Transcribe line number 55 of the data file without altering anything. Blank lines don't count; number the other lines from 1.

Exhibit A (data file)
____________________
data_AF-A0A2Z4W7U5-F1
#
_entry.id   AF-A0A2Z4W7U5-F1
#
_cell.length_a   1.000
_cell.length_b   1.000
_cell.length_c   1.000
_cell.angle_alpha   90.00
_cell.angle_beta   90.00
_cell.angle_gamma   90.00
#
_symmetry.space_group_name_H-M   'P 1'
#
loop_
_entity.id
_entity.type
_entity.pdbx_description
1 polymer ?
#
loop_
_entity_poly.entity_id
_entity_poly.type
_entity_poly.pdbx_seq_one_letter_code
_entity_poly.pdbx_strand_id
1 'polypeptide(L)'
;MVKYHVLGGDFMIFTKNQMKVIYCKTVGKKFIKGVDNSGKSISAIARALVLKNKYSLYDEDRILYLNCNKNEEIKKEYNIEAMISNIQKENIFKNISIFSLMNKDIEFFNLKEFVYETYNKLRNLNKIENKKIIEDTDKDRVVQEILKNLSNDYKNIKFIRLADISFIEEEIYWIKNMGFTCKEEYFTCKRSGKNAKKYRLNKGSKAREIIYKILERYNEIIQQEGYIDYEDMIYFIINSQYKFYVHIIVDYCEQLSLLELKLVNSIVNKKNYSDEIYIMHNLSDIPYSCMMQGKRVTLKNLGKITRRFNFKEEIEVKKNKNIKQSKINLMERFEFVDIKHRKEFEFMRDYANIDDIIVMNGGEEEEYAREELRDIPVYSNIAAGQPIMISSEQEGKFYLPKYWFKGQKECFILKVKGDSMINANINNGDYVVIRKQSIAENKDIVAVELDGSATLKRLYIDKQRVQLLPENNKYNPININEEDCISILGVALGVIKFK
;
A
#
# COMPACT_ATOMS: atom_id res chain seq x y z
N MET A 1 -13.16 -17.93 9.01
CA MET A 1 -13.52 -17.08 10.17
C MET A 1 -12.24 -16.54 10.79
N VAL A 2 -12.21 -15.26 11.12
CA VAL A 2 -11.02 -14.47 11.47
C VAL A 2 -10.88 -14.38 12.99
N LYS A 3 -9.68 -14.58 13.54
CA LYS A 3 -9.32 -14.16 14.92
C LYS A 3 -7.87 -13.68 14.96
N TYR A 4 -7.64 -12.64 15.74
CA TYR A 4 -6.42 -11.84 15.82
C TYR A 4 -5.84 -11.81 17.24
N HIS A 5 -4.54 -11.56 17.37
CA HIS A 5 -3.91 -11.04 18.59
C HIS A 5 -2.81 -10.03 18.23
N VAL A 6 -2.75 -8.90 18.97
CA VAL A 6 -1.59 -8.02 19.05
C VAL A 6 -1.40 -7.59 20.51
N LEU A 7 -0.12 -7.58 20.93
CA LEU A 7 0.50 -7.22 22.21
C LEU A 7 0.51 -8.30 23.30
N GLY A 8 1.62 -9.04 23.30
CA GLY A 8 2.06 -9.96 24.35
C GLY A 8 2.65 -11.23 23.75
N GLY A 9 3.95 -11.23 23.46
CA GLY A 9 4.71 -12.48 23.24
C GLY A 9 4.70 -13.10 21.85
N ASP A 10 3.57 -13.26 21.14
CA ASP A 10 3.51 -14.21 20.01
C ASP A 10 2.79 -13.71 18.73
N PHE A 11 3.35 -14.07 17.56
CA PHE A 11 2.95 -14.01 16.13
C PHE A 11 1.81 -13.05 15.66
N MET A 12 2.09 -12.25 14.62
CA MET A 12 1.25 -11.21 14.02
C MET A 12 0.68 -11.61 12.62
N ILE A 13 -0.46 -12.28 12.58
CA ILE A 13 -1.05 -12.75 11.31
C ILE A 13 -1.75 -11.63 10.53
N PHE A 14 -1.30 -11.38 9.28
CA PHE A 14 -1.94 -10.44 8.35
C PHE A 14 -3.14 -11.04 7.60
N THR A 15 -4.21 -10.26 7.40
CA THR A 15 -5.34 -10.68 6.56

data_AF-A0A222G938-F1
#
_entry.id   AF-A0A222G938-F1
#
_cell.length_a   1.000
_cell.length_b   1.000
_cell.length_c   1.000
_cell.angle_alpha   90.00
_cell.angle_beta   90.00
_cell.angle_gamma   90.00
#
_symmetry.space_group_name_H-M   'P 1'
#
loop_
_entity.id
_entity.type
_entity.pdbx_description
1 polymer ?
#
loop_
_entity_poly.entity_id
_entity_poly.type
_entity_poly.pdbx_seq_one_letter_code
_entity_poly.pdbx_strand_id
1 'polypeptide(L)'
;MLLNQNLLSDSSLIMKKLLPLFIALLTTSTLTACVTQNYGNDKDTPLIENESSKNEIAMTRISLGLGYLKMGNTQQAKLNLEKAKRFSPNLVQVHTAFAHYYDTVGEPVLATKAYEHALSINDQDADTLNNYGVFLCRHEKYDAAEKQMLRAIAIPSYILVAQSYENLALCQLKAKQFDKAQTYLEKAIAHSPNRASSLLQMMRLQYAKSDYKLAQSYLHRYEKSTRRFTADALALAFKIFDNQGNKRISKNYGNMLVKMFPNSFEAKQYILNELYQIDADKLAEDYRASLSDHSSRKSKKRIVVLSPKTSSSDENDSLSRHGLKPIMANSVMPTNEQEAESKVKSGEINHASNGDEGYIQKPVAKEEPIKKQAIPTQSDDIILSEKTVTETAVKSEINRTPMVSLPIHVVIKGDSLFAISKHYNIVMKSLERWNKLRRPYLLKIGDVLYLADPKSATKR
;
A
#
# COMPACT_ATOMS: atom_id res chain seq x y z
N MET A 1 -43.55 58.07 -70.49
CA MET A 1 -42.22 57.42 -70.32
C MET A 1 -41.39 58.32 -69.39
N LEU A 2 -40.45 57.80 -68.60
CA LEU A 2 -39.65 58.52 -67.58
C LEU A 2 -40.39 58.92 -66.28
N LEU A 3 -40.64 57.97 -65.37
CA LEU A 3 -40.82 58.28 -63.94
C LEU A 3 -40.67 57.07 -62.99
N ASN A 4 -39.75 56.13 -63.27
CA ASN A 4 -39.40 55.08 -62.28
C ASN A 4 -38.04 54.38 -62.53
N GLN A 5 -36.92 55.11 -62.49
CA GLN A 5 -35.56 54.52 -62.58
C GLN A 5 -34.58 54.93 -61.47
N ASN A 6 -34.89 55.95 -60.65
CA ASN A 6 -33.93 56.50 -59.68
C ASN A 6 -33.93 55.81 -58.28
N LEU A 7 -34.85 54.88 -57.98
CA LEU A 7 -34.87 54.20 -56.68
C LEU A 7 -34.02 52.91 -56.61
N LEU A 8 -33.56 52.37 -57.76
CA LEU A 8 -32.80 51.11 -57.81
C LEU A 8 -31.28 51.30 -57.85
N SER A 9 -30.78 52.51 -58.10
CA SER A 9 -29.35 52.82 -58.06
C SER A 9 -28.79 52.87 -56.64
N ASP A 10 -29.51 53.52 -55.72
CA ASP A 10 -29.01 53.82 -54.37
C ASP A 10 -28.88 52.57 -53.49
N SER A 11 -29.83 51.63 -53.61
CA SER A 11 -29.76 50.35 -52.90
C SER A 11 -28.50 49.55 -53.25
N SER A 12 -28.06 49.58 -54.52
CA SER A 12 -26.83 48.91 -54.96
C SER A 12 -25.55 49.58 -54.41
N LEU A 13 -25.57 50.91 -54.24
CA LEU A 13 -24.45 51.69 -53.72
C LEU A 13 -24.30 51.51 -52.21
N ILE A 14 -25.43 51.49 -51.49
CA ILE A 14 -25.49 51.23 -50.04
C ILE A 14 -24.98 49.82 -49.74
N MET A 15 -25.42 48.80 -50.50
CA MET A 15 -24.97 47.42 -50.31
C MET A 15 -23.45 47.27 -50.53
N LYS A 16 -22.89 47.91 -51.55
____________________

N GLY A 9 3.95 -11.23 23.46